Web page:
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Category:    Home > Reviews > Action > Crime > Spy > Gangster > Horror > Science Fiction > Camp > Kin: Season 1 (2021/AMC/RLJ Blu-ray Set)

Blacklight (2021/Universal Blu-ray w/DVD)/Drive-In Retro Classics (Rocketship X-M (1950) The Brain From Planet Arous (1957) Hideous Sun Demon (1959/Corinth DVD)/8 Diagram Pole Fighter (1981/MVD/Arrow Blu-ray)/Kin: Season 1 (2021/AMC/RLJ Blu-ray Set)

Picture: B- & C/B-/B+/B- Sound: B & C+/B-/B+/B Extras: C/D/B/D Films: C/B C+ B/B/C

More genre B-movies coming up...

As I watched Mark Williams' Blacklight (2021) with Liam Neeson doing his same action schtick, I realized that he may be the actual 'last action hero' as great lead actors like Sean Connery are long gone, the Harrison Fords of the world have moved onto other genres for the most part and now that Bruce Willis has sadly had to opt out early from filmmaking for horrific health reasons, Neeson is the last star of this long cycle that began in the 1980s for better and too often for worse.

Worse since this once again uses a child for too much illicit appeal to pity as Neeson works for a government agency just outside of legality to uncover a secret group killing people for what seems at random, but might be even worse than the usual senseless violence. When he gets too close, his daughter and granddaughter are targeted and the combination of melodrama and mud are just too much to bear for its long, long 105 minutes. Aidan Quinn is also here among the very bored cast of mostly unknowns and its predictability and bad scripting collapse as this just becomes plain odd and weird, never going anywhere and ending abruptly never soon enough.

The result is an unfortunate package deal that feels like it only happened because of the COVID crisis. If you've seen some of Neeson's other action films, you've already seen most of this.

The 1080p 2.35 X 1 digital High Definition image on the Blu-ray is a little softer throughout than a new such production should be with few memorable shots, while the DTS-HD MA (Master Audio) 5.1 lossless mix on the same disc is better, but nothing special here either despite a consistent soundfield.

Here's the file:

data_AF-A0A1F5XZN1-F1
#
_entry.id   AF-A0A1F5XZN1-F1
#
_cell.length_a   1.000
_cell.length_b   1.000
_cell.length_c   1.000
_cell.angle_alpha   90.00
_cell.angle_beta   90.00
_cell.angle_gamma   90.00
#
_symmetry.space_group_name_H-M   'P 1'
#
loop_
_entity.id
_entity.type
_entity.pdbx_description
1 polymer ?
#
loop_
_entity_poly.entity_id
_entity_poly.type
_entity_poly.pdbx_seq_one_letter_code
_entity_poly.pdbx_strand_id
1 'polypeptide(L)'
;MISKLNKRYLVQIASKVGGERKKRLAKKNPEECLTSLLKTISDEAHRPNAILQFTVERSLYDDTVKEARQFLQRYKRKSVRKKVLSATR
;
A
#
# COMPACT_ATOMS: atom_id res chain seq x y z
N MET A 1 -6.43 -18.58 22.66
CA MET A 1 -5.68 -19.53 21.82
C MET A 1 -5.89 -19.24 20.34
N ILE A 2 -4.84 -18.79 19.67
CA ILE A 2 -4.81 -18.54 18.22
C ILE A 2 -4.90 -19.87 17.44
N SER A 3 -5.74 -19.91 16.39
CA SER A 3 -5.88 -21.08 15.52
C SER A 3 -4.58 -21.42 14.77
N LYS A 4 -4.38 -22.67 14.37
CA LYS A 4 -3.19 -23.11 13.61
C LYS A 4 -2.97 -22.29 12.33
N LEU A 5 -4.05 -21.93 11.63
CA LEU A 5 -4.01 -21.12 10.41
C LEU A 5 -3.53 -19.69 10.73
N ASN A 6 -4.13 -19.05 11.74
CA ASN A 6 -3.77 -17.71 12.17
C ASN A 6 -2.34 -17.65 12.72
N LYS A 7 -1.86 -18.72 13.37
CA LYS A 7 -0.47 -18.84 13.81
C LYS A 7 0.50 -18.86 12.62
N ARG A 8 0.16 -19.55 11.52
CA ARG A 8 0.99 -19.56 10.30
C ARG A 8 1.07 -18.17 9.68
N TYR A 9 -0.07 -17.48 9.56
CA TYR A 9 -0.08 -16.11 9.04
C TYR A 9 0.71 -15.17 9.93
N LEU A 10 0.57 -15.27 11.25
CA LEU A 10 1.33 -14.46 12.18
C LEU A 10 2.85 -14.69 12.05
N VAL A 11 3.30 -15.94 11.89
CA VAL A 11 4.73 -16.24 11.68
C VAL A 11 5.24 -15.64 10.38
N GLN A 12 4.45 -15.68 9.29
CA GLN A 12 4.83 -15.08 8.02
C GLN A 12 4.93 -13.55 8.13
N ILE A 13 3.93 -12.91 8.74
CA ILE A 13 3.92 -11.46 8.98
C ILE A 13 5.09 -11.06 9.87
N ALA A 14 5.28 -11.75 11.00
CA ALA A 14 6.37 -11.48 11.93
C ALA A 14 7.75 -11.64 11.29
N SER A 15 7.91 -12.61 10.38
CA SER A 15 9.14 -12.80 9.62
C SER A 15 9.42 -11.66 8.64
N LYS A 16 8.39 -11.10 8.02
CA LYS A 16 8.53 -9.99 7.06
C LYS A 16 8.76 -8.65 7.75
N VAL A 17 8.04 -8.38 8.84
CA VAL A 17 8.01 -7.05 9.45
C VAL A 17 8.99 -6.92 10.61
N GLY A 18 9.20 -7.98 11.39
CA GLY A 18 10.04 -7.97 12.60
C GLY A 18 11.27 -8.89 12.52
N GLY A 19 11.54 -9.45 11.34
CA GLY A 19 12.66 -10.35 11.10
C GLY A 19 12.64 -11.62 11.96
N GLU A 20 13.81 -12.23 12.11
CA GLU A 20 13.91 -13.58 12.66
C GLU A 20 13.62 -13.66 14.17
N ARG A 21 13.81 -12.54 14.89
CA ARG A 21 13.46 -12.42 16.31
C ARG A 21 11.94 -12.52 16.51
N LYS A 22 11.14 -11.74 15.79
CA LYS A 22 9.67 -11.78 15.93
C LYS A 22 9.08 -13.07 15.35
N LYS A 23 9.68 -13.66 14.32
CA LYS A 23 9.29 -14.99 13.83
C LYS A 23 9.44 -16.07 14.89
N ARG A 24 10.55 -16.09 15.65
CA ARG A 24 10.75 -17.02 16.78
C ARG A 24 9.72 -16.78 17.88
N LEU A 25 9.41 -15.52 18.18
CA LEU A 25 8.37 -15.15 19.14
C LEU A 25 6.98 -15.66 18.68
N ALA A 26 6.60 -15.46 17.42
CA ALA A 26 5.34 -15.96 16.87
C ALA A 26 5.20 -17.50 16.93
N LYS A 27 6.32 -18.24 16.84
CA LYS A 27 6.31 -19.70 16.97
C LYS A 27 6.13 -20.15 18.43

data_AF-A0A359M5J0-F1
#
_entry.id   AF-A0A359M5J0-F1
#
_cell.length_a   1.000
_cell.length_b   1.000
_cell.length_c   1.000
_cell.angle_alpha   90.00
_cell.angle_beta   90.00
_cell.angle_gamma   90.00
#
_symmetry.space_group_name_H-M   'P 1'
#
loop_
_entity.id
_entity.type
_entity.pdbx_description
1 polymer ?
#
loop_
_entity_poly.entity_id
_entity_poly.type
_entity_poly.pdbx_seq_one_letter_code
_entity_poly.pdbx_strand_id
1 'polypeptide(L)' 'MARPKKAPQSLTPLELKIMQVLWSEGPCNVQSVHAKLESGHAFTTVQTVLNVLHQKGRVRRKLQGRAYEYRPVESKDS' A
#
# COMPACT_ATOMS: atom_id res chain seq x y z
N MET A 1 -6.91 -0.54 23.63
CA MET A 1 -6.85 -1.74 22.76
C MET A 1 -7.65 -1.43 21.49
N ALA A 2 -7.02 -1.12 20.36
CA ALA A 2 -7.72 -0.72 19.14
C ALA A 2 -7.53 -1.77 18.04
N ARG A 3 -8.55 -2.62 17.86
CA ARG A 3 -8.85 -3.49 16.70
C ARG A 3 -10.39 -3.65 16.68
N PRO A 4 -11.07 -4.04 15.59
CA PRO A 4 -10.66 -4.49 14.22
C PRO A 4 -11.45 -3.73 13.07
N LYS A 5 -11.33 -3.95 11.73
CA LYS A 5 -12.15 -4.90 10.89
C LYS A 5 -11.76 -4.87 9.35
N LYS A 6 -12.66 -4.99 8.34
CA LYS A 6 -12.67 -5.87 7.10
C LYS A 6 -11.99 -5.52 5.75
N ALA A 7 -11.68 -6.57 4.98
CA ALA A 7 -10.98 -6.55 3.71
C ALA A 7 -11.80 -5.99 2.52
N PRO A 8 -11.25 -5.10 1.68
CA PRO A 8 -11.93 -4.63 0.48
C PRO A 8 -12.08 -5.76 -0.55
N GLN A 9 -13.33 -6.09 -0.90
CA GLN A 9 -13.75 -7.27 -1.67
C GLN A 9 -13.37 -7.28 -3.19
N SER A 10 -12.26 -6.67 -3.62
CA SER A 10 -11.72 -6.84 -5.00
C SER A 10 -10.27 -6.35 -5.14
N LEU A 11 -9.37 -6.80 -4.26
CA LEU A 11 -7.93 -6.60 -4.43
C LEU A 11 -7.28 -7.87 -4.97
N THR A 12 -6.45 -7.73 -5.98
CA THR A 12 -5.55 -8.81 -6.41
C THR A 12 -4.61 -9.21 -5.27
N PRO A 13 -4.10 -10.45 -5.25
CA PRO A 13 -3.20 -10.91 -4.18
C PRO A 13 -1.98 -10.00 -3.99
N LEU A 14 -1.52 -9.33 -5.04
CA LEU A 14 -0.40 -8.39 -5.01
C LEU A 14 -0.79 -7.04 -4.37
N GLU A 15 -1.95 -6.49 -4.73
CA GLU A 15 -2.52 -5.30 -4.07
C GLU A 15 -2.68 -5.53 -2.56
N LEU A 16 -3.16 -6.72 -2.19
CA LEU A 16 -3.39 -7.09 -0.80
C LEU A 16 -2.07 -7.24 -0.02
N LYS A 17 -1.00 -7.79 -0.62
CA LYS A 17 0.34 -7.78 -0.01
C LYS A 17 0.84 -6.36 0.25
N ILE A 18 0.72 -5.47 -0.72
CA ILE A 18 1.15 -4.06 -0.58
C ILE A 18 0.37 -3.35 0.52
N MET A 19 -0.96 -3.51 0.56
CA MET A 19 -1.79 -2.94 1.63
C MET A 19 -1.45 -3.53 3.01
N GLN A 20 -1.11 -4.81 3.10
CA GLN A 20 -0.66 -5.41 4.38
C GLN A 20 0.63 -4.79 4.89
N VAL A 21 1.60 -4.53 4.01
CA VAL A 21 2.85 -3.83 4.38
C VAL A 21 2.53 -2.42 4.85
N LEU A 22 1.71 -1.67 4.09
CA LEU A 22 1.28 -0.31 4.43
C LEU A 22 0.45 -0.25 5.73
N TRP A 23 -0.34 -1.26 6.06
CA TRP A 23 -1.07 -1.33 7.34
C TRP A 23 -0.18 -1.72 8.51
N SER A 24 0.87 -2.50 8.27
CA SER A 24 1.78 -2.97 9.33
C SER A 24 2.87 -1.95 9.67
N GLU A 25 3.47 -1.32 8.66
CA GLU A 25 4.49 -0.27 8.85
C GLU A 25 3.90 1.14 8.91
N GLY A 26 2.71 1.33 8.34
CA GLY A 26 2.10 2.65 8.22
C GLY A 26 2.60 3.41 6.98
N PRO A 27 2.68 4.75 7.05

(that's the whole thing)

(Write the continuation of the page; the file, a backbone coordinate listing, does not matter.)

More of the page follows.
The anamorphically enhanced 2.35 X 1 image on the DVD is much softer and hard to watch often, while the lossy Dolby Digital 5.1 mix is a little better than the picture, but still much weaker than it needs to be.

Extras include Digital Copy Code, while the discs add two brief featurettes: Blacklight: Behind the Scenes and Shooting Blacklight.

Next is a triple set entitled Drive-In Retro Classics with Rocketship X-M (1950) The Brain From Planet Arous (1957) Hideous Sun Demon (1959,) three classic drive-in B Monster Movies that come together in this enjoyable triple feature. These are all second tier fun monster movies that fans who read classic magazines of Famous Monsters of Film Land will fondly remember, though the first one is the best known.

Rocketship X-M is a fun space-age movie with special effects that are simple and work pretty well for the time. The film centers on a space mission to the moon that gets re-routed to Mars, where they find a planet full of radiation riddles creatures.

The film stars Osa Massen, Lloyd Bridges, Noah Berry, and John Emery to name a few.

The Brain from Planet Arous features a brain from another world that assumes the body of a scientist and shakes up all sorts of chaos in his reign for world domination. There is another brain, however, that challenges him. The film is a little silly and uses some wild contacts on its protagonist to show that he is possessed.

The film stars John Agar, Joyce Meadows, and Robert Fuller.

The Hideous Sun Demon is a pretty silly knock off of The Wolfman and doesn't take the time to show the inciting incident that turns man into monster, but just tells it in some dialogue. The stock music used in the soundtrack is the same as George A. Romero's classic Night of the Living Dead as well, which is fun to take note. The film is obviously shot on the cheap in the Los Angeles era and is pretty fun as a time capsule piece.